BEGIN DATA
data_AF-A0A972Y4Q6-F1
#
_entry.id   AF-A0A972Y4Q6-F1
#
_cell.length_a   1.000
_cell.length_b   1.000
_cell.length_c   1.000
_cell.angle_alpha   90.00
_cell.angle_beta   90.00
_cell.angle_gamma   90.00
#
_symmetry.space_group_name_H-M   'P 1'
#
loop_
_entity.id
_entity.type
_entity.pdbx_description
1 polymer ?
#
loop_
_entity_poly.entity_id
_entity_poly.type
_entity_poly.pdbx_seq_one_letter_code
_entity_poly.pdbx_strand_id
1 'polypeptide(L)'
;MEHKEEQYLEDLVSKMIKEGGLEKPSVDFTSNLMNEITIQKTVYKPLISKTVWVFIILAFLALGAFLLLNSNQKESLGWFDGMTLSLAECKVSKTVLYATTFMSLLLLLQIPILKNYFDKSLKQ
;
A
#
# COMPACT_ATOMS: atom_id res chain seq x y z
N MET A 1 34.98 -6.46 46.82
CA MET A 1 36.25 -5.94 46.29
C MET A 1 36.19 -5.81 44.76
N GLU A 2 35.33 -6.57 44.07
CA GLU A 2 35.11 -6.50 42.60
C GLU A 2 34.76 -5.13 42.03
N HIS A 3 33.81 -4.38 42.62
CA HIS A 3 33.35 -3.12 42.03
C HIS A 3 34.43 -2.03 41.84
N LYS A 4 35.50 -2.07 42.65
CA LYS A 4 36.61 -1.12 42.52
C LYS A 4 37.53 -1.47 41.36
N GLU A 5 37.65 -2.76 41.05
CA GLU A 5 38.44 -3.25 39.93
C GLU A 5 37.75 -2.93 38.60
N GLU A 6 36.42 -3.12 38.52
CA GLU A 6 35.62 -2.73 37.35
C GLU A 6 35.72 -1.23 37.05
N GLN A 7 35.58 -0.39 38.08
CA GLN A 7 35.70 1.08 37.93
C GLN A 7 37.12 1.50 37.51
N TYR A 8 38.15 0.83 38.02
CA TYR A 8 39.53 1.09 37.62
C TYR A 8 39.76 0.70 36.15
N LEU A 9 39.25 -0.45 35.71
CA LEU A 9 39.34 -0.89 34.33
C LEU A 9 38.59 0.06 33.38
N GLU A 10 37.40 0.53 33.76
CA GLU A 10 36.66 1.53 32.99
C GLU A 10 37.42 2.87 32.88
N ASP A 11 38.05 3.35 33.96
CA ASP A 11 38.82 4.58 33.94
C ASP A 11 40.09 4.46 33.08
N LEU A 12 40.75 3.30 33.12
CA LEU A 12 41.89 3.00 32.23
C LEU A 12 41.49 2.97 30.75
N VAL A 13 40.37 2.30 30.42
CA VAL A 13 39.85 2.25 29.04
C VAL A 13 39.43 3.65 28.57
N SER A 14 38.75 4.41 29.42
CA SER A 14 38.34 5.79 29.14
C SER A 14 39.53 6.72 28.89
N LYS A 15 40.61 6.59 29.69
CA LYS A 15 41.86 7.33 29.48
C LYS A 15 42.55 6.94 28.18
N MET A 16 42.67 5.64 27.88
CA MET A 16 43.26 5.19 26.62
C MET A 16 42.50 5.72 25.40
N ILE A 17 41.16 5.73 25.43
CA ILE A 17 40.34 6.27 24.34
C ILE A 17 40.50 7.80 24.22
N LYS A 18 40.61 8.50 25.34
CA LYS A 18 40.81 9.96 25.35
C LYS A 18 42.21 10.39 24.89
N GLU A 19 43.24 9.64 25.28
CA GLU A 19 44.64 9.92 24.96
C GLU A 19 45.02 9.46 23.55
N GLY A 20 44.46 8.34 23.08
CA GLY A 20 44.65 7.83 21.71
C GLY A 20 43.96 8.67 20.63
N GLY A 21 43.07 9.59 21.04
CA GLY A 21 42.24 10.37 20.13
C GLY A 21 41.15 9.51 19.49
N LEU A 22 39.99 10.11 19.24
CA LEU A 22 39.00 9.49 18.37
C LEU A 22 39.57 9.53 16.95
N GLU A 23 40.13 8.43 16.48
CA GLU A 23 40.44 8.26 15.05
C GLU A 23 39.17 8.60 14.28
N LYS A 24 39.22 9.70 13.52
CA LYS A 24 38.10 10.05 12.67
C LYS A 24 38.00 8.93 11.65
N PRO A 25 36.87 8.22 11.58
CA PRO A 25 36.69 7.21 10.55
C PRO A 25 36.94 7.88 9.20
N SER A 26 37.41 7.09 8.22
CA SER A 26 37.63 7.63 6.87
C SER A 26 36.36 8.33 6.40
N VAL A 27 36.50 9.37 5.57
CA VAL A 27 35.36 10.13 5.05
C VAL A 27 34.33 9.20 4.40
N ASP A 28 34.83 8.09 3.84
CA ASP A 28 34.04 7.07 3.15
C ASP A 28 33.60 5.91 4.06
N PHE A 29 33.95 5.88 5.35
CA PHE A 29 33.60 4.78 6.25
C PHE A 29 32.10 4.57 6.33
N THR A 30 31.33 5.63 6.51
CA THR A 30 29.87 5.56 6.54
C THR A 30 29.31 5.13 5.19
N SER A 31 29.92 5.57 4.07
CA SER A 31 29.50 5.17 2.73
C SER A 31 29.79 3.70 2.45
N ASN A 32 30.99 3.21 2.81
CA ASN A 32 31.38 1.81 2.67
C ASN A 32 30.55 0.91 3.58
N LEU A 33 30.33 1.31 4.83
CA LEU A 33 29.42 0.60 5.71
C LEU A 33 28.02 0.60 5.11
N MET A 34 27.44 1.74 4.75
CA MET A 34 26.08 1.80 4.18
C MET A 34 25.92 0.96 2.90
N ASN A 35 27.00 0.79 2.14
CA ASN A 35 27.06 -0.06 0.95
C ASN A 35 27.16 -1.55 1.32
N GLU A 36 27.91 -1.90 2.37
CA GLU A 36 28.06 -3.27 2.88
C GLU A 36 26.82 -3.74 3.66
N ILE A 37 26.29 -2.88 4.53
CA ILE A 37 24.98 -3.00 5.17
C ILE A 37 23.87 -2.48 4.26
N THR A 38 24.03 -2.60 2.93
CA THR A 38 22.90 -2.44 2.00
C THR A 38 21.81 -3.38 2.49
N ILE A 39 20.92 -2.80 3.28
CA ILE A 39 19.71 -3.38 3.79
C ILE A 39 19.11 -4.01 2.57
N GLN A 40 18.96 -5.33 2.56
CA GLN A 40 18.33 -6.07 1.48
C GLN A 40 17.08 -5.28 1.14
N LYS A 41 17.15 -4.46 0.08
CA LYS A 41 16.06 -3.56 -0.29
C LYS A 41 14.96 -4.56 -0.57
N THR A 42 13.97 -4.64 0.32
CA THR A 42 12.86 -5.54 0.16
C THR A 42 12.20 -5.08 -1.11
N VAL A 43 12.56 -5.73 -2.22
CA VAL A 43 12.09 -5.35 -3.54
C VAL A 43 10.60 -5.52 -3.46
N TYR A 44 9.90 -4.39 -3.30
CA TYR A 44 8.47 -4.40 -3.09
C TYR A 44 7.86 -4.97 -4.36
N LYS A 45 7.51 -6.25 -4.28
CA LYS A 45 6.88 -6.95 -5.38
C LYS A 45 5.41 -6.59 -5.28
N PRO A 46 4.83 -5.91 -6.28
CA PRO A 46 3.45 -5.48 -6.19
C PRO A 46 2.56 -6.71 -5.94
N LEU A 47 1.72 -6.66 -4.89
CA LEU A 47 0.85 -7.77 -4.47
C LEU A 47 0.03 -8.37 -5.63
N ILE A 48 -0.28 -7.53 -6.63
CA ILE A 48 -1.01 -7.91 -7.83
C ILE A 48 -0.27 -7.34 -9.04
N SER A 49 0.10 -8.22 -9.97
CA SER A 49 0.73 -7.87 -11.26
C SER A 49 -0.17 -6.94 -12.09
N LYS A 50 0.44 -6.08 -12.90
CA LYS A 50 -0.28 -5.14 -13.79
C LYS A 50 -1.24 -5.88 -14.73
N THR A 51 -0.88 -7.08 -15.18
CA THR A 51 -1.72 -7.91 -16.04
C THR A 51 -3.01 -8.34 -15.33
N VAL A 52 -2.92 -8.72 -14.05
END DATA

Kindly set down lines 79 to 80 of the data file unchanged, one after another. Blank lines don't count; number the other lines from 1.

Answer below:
N ILE A 17 41.16 5.73 25.43
CA ILE A 17 40.34 6.27 24.34